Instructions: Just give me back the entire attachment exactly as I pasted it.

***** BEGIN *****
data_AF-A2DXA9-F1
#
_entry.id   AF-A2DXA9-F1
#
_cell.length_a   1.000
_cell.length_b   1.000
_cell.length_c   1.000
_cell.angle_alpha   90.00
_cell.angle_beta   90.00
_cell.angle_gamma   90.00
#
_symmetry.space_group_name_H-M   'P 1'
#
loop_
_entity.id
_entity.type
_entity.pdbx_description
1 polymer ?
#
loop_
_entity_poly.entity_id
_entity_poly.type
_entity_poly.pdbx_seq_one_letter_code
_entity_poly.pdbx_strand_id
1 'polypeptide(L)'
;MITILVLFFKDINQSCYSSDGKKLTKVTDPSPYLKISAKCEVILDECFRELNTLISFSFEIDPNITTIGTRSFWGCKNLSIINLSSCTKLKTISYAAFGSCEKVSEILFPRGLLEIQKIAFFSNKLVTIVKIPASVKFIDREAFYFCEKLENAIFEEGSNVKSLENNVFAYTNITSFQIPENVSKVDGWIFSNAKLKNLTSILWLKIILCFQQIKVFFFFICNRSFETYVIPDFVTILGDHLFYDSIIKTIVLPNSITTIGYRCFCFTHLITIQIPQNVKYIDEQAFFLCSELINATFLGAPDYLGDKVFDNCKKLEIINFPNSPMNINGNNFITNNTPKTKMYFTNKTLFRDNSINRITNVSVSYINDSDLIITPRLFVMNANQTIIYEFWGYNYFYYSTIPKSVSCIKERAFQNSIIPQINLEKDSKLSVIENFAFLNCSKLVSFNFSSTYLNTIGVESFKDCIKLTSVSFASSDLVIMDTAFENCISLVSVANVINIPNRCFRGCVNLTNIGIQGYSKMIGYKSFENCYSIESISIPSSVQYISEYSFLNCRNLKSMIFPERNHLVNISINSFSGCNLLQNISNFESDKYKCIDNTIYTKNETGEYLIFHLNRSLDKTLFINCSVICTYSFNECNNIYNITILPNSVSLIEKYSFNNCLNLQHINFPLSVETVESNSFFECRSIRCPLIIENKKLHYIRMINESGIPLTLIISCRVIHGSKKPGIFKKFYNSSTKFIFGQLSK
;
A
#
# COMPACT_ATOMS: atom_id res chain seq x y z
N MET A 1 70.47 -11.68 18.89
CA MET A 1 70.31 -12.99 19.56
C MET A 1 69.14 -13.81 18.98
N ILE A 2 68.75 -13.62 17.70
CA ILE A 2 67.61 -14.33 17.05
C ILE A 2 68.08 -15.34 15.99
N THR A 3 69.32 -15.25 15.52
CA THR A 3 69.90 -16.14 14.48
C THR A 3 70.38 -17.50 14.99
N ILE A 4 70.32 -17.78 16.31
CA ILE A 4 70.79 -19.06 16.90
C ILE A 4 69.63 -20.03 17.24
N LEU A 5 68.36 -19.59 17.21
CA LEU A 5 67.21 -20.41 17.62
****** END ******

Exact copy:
data_AF-A2DXA9-F1
#
_entry.id   AF-A2DXA9-F1
#
_cell.length_a   1.000
_cell.length_b   1.000
_cell.length_c   1.000
_cell.angle_alpha   90.00
_cell.angle_beta   90.00
_cell.angle_gamma   90.00
#
_symmetry.space_group_name_H-M   'P 1'
#
loop_
_entity.id
_entity.type
_entity.pdbx_description
1 polymer ?
#
loop_
_entity_poly.entity_id
_entity_poly.type
_entity_poly.pdbx_seq_one_letter_code
_entity_poly.pdbx_strand_id
1 'polypeptide(L)'
;MITILVLFFKDINQSCYSSDGKKLTKVTDPSPYLKISAKCEVILDECFRELNTLISFSFEIDPNITTIGTRSFWGCKNLSIINLSSCTKLKTISYAAFGSCEKVSEILFPRGLLEIQKIAFFSNKLVTIVKIPASVKFIDREAFYFCEKLENAIFEEGSNVKSLENNVFAYTNITSFQIPENVSKVDGWIFSNAKLKNLTSILWLKIILCFQQIKVFFFFICNRSFETYVIPDFVTILGDHLFYDSIIKTIVLPNSITTIGYRCFCFTHLITIQIPQNVKYIDEQAFFLCSELINATFLGAPDYLGDKVFDNCKKLEIINFPNSPMNINGNNFITNNTPKTKMYFTNKTLFRDNSINRITNVSVSYINDSDLIITPRLFVMNANQTIIYEFWGYNYFYYSTIPKSVSCIKERAFQNSIIPQINLEKDSKLSVIENFAFLNCSKLVSFNFSSTYLNTIGVESFKDCIKLTSVSFASSDLVIMDTAFENCISLVSVANVINIPNRCFRGCVNLTNIGIQGYSKMIGYKSFENCYSIESISIPSSVQYISEYSFLNCRNLKSMIFPERNHLVNISINSFSGCNLLQNISNFESDKYKCIDNTIYTKNETGEYLIFHLNRSLDKTLFINCSVICTYSFNECNNIYNITILPNSVSLIEKYSFNNCLNLQHINFPLSVETVESNSFFECRSIRCPLIIENKKLHYIRMINESGIPLTLIISCRVIHGSKKPGIFKKFYNSSTKFIFGQLSK
;
A
#
# COMPACT_ATOMS: atom_id res chain seq x y z
N MET A 1 70.47 -11.68 18.89
CA MET A 1 70.31 -12.99 19.56
C MET A 1 69.14 -13.81 18.98
N ILE A 2 68.75 -13.62 17.70
CA ILE A 2 67.61 -14.33 17.05
C ILE A 2 68.08 -15.34 15.99
N THR A 3 69.32 -15.25 15.52
CA THR A 3 69.90 -16.14 14.48
C THR A 3 70.38 -17.50 14.99
N ILE A 4 70.32 -17.78 16.31
CA ILE A 4 70.79 -19.06 16.90
C ILE A 4 69.63 -20.03 17.24
N LEU A 5 68.36 -19.59 17.21
CA LEU A 5 67.21 -20.41 17.62